He helped black farmers, people that were out there. He is working to get that done. Lead pipes, which disproportionately affect African- American communities. Maternal health, what he's done -- black women die at four times the rate that white women -- his record for helping African-Americans is one of the best I have seen of any president.
TAPPER: Senator Cory Booker from the great state of New Jersey, thanks so much for being with us today.
BOOKER: Thank you.
JAKE TAPPER, CNN HOST: "The New York Times" reported this past week on the pending release of the FBI's uniform crime report showing that the number of murders in the United States spiked by nearly 30 percent from 2019 to 2020.
This news prompted this graphic, which on Twitter an "Axios" reporter happily assessed as grim and it prompted this tweet from former Trump White House press secretary Kayleigh McEnany, now with Fox, criticizing, quote, the U.S. murder rate under Biden.
One problem with that, of course, Joe Biden was not the president in 2020. Donald Trump was so this was the U.S. murder rate under Trump. Not that Trump should be personally blamed for this spike in murders. There are any number of reasons behind this spike as criminologists are now studying, ranging from increased domestic violence due to COVID to policing challenges after the murder of George Floyd.
As a policy matter, it's complicated, but as a human matter, of course, it is tragic. McEnany deleted her tweet, but I think it's worth taking a moment to look at her first impulse when confronted with these upsetting numbers of loss, of families destroyed, of humans eradicated from the face of the earth. Her first impulse seemed to be, how can I use this information to attack a politician I do not support? And that is an impulse we see all too often.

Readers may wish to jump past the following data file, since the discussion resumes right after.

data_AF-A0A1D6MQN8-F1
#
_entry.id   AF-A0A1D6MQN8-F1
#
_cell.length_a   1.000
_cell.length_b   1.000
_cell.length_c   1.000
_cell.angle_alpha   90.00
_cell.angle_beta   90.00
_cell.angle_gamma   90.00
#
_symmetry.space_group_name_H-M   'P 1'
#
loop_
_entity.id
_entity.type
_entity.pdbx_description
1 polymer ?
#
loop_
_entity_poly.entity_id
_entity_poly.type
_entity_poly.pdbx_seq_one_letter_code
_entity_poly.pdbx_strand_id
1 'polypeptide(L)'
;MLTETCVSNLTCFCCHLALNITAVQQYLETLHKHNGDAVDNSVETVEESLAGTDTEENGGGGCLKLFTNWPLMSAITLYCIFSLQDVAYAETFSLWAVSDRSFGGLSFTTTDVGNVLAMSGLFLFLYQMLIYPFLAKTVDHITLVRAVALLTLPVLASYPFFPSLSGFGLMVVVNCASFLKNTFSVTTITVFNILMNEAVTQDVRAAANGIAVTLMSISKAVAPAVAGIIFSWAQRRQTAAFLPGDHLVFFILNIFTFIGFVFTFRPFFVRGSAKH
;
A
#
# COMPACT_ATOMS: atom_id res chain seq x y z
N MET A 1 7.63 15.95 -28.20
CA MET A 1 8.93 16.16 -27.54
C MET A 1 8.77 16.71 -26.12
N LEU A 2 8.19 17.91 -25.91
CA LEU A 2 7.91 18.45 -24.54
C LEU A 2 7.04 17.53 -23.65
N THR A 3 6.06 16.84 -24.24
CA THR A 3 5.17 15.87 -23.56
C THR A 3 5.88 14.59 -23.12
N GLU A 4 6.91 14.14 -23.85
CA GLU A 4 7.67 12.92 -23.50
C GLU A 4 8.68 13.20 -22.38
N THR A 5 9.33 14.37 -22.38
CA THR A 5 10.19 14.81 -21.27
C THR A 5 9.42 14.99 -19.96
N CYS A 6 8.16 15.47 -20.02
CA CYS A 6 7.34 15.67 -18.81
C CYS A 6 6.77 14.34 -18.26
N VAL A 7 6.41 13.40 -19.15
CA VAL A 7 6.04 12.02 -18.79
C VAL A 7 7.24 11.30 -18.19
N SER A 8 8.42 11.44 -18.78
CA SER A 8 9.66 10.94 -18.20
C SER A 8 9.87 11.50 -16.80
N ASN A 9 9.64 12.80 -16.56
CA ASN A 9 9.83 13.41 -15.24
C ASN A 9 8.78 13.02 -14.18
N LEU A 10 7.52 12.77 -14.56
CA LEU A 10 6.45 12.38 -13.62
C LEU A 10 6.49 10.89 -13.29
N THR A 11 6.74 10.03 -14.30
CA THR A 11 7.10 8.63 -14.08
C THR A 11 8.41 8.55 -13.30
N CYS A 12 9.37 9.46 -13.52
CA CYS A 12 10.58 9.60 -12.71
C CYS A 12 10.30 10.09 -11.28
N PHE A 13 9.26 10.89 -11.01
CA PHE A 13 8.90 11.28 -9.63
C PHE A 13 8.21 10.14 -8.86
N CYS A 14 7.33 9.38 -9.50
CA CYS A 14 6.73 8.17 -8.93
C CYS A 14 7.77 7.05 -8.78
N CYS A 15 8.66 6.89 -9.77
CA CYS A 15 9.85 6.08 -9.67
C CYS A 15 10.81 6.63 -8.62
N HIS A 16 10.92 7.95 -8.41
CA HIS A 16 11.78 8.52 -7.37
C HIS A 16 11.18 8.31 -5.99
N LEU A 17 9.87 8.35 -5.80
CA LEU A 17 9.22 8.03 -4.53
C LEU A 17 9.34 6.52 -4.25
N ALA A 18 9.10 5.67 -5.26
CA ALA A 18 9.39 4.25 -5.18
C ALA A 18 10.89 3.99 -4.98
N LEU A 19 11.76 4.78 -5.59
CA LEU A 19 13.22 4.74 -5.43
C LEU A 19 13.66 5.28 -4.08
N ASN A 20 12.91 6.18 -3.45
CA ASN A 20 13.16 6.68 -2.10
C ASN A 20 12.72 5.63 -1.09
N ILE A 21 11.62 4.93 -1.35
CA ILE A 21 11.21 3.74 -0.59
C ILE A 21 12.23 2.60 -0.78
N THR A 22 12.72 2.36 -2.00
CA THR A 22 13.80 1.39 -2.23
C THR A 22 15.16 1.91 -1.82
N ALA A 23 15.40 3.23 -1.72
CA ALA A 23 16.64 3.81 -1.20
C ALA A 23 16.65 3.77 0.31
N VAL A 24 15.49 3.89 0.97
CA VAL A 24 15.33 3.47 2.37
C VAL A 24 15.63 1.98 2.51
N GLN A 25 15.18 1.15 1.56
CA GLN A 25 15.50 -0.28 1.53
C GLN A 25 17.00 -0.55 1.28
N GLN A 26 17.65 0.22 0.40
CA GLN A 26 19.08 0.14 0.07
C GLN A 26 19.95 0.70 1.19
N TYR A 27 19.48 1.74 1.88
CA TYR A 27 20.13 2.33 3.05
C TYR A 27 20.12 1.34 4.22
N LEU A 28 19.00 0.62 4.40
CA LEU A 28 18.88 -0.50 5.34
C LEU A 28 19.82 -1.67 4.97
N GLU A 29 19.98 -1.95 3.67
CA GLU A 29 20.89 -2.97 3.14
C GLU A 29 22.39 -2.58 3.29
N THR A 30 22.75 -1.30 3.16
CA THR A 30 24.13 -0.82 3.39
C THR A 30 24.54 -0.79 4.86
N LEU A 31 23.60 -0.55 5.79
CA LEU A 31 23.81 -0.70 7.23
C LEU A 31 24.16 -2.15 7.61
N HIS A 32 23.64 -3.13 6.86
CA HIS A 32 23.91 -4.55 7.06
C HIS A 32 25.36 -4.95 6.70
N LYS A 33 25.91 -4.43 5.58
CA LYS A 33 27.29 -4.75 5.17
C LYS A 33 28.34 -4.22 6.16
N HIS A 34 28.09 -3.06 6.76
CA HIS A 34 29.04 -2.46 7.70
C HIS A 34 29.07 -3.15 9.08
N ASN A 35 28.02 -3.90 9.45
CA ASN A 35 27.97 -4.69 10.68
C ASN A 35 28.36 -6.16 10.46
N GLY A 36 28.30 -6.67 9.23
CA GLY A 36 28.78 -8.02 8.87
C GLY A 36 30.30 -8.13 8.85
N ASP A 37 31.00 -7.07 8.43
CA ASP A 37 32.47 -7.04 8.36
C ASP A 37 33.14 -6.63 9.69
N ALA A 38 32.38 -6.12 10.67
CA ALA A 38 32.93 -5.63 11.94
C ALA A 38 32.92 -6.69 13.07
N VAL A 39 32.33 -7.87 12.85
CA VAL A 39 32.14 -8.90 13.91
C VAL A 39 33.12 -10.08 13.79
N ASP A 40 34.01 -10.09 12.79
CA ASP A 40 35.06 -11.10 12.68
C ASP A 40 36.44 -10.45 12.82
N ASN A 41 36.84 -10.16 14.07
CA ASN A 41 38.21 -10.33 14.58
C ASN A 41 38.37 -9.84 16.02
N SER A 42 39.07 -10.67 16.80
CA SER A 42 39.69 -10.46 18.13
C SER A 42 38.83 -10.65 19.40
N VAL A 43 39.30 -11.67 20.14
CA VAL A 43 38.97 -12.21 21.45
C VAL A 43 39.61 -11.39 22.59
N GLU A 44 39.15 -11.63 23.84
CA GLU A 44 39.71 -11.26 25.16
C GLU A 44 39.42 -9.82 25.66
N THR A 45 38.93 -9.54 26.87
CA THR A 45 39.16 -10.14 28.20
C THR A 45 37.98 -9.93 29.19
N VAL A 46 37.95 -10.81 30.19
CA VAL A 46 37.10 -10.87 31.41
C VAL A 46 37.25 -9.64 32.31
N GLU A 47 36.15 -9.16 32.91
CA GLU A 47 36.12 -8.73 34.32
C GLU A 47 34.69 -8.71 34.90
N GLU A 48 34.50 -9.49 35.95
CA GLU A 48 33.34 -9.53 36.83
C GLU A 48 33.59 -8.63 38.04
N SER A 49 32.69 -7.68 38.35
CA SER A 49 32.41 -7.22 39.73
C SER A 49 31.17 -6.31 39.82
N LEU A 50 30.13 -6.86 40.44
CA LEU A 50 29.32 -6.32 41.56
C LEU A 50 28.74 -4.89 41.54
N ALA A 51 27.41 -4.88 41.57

You could strain your neck watching some commentators go from attacking Joe Biden for not evacuating Afghan special immigrant visa applicants quickly enough to attacking Joe Biden for admitting too many Afghans to the United States. It is a bipartisan affliction, as evidenced by commentators on the left who attacked Trump for years for deportation policies who are now mum about Biden carrying on those same policies.
I personally will never understand folks whose outrage about civilian victims of U.S. drone strikes or murder rates or the deaths of U.S. service members, that outrage entirely dependent on whether the president in office at that moment has a D or an R after their name.
Yes, policies have real world life-or-death consequences and, yes, politicians should be held accountable for those policies, of course. But if your first instinct when you learn about a tragedy is to try to figure out how to fit it into your view that your side is the good guys and the other side is the bad guys, and you only accept the information that reaffirms that narrative, well, you're revealing a part of your soul that needs to be fixed, not a part that needs to be broadcast to the world.
Thanks for spending your Sunday morning with us. "Fareed Zakaria GPS" starts right now.